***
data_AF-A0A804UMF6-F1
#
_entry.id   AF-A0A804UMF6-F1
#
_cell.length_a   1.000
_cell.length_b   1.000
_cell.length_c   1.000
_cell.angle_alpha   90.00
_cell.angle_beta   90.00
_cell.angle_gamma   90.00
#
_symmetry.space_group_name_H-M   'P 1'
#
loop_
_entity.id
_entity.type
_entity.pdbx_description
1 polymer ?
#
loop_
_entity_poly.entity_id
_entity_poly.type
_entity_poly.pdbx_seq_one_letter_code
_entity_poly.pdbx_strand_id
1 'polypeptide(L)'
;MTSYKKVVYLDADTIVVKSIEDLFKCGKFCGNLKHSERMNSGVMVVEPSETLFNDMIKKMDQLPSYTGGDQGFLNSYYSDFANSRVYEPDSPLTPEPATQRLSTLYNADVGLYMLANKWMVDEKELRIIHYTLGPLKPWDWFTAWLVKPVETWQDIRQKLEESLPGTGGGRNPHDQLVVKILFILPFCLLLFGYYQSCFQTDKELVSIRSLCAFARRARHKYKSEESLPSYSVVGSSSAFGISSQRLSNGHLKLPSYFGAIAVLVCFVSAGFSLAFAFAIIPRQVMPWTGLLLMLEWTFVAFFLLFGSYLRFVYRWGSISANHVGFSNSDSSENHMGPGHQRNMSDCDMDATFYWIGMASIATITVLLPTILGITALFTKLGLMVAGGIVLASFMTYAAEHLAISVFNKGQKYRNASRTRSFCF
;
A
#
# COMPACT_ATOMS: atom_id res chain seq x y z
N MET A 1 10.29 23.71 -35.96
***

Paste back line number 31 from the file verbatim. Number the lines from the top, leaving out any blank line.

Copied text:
N MET A 1 10.29 23.71 -35.96